It was bad enough when President George W. Bush in October, 2001 declared "We cannot let the terrorists achieve the objective of frightening our nation to the point where we don't conduct business or people don't shop." Yes, that will show the terrorists: they won't even notice the body searches at airports, massive government spying on domestic and international communications, or a war that takes 3,000-4,000 young American lives. Only our Sears purchases.
Shopping. That must have been the eleventh amendment mysteriously missing from the U.S. Constitution. But so is going to the movie of our choice, for Newswer reports
After Sony's U-turn on releasing The Interview, the controversial movie played in 331 independent cinemas across America on Christmas Day, often to sellout crowds. Many moviegoers made it clear they were there to take a political stand, with one ticket seller in California dressed as "Uncle Sam-ty Claus," the New York Times reports. "We are taking a stand for freedom," the manager of the Cinema Village East in Manhattan tells the AP. "We want to show the world that Americans will not be told what we can or cannot watch. Personally, I am not afraid."
We may not demand improved police-community relations so that lives are not needlessly taken, appropriations for weapons systems even the Pentagon doesn't want, nor increased wages commensurate as productivity climbs, but we must be allowed to watch a comedy about assassinating a foreign leader. Freedom, apparently.
Also, awesomeness. After release of the Senate intelligence committee on torture, Fox News host Andrea Tantaros on a panel (video, below; cartoon with John Brennan, Dick Cheney,Michael Hayden, and Tanataros at bottom, from Matt Bors) ranted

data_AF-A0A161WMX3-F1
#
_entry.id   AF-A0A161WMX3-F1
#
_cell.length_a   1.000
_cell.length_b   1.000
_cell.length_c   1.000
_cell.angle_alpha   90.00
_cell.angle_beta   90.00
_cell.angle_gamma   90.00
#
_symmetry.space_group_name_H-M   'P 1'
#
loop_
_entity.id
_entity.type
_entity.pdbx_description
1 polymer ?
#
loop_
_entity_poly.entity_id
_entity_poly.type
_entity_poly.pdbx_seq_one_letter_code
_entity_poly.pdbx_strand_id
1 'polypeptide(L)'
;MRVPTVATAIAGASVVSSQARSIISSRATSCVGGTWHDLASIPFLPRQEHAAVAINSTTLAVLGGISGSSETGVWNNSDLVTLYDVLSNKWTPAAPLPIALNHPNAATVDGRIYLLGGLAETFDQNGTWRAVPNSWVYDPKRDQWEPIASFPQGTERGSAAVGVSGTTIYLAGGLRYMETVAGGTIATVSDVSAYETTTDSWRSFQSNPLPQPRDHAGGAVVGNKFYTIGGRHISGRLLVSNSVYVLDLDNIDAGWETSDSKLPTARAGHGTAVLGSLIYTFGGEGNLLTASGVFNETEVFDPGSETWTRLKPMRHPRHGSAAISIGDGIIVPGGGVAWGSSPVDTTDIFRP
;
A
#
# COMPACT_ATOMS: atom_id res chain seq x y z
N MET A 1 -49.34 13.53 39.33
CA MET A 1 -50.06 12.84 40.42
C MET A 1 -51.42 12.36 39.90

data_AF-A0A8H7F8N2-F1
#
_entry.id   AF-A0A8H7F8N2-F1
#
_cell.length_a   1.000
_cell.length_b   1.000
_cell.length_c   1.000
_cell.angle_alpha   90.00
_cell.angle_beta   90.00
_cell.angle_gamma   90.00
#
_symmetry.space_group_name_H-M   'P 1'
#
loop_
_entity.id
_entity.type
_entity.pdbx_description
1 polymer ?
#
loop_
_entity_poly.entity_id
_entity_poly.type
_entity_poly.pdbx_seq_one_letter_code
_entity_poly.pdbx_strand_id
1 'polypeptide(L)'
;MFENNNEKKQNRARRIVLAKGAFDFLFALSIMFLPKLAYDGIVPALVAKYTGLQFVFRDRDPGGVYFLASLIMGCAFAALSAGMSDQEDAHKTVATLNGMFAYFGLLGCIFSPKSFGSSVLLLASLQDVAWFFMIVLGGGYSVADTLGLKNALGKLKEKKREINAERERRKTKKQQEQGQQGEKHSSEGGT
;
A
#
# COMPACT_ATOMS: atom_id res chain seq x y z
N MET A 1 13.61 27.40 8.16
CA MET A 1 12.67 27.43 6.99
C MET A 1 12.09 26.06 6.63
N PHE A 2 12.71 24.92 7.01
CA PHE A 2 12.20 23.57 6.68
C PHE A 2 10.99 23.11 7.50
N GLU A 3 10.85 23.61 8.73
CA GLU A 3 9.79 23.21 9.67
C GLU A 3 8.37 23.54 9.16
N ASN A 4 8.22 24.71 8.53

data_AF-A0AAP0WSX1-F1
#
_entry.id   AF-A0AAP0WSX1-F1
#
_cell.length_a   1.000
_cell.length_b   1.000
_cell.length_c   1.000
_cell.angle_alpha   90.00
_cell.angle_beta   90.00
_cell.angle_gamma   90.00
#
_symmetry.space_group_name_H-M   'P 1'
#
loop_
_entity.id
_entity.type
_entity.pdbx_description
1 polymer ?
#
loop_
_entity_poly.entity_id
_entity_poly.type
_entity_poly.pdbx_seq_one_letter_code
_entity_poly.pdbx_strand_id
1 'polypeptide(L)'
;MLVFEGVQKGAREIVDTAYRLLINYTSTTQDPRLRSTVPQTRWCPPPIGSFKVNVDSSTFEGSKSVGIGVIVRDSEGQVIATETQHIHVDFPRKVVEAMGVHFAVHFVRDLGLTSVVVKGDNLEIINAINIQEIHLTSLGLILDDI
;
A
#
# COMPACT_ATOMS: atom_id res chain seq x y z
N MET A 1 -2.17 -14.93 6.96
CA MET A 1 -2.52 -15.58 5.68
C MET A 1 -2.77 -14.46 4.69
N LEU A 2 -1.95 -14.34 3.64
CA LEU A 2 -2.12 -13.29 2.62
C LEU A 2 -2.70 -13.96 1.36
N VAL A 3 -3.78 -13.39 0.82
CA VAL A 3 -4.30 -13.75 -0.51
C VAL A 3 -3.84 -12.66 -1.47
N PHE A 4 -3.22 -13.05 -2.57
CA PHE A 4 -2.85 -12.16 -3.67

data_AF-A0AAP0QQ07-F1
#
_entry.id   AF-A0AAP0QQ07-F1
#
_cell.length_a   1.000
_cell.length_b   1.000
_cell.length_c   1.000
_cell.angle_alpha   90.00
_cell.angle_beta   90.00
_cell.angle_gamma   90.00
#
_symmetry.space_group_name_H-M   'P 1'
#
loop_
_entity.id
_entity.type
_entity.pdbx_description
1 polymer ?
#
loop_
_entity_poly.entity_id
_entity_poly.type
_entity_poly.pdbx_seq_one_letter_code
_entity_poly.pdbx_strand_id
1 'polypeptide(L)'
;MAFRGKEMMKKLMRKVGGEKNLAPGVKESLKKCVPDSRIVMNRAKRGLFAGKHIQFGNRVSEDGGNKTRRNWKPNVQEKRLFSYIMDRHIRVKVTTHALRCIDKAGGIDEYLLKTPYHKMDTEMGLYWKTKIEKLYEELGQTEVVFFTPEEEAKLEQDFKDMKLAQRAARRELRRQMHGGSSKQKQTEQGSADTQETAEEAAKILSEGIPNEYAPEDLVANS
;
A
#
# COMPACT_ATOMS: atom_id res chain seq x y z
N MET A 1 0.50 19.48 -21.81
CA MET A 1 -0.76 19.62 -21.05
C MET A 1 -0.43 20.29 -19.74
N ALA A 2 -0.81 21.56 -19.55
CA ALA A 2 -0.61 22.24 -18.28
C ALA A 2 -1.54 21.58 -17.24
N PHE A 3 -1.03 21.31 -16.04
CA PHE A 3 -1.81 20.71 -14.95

And look, I agree with you. The United States of America is awesome. But we've had this discussion. We've closed the book on it and we've stopped doing it. And the reason they want to have this discussion is not to show how awesome we are. This Administration wants this discussion to show how we're not awesome.
That was awesome. However,although movie fans in 331 theaters were given the opportunity to pay to see a movie on Christmas, earlier this year the Justice Integrity Project noted
The United States experienced a major decline in press freedom over the past year according to the new annual study announced Feb. 11 by Reporters Without Borders. The world's largest press freedom group announced also sharp declines in the rank of the Central African Republic and Guatemala, and "marked improvements" for Ecuador, Bolivia and South Africa.
In America's largest city, reporters get roughed up by guys in uniform for photographing arrests. Ghana, South Africa, and Uruguay allow the press more freedom than does the U.S. government. But we get to watch movies. Awesome.